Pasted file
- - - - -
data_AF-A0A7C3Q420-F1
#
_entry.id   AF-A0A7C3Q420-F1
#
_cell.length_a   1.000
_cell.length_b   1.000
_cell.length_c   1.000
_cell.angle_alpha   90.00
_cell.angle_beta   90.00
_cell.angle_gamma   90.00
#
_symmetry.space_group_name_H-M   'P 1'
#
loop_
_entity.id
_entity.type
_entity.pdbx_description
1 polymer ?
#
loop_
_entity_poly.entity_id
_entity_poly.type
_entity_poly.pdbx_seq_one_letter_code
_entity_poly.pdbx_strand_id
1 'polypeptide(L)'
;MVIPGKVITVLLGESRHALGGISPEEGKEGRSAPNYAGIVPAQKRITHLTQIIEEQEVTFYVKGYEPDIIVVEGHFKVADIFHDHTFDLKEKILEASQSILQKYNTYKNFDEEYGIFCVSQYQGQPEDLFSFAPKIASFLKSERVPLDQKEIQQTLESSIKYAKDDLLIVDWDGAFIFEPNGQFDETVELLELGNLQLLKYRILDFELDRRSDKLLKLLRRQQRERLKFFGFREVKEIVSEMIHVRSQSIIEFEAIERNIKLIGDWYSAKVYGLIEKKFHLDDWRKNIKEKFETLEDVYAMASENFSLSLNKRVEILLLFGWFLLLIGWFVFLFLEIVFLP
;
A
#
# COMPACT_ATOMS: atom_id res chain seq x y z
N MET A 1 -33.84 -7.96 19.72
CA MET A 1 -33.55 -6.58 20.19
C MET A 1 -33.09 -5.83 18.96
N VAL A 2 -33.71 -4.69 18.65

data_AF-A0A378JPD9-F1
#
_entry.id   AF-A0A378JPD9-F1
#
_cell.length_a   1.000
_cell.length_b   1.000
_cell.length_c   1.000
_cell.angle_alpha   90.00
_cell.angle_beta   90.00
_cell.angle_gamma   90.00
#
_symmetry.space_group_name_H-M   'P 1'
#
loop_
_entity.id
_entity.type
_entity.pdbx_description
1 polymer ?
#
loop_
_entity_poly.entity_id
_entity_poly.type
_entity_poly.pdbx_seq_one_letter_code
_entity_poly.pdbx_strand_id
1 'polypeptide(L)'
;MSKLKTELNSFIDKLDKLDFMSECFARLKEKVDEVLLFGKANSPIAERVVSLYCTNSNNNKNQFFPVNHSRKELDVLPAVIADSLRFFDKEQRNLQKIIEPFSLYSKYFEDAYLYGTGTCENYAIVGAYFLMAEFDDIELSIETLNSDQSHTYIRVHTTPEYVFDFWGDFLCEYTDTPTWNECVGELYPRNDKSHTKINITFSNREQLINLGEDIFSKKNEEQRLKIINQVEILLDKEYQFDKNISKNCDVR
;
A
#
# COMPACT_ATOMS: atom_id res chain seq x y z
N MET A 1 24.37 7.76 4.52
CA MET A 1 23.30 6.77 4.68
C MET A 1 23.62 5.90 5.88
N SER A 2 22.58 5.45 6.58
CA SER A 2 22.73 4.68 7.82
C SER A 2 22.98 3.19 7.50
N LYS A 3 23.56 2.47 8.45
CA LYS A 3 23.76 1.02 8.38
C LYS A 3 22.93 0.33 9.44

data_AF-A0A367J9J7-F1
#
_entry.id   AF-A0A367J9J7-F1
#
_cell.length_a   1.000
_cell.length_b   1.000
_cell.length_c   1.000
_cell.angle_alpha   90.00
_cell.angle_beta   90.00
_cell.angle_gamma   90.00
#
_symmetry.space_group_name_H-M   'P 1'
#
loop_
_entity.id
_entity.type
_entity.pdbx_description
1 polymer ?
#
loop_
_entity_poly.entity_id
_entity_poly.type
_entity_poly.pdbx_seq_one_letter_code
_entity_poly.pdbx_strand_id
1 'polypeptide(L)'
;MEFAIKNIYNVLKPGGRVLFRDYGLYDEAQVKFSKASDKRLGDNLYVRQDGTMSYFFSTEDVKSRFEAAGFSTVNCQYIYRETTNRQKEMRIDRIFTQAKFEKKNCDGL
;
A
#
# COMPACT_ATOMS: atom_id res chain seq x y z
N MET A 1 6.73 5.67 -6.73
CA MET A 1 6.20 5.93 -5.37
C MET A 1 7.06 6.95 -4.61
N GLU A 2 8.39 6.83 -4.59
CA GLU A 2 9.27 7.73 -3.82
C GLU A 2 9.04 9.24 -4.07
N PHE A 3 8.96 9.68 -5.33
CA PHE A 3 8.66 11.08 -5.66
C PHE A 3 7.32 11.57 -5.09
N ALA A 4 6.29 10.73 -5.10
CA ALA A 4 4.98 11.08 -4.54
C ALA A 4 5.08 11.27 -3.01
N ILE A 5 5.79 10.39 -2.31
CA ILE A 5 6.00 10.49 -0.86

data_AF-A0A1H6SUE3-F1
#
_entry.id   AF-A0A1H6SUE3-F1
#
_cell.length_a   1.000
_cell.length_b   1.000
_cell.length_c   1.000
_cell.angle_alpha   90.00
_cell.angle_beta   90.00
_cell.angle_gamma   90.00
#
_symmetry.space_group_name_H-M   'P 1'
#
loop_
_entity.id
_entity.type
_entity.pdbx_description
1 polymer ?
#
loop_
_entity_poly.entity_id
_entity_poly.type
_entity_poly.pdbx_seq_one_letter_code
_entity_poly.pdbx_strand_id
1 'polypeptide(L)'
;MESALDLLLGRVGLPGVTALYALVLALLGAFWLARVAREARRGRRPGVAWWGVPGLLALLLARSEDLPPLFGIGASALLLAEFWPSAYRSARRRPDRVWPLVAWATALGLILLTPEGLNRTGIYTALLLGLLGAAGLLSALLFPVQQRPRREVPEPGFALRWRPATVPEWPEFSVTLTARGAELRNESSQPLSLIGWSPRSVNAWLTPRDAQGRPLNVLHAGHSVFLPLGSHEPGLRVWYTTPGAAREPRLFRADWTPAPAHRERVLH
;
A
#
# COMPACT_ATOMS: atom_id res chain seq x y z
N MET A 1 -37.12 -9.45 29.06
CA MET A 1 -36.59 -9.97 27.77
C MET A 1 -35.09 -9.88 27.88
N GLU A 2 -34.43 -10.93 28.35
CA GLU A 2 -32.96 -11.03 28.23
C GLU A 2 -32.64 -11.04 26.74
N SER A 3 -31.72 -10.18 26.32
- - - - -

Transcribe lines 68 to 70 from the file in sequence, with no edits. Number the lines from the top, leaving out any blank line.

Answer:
N SER A 2 22.58 5.45 6.58
CA SER A 2 22.73 4.68 7.82
C SER A 2 22.98 3.19 7.50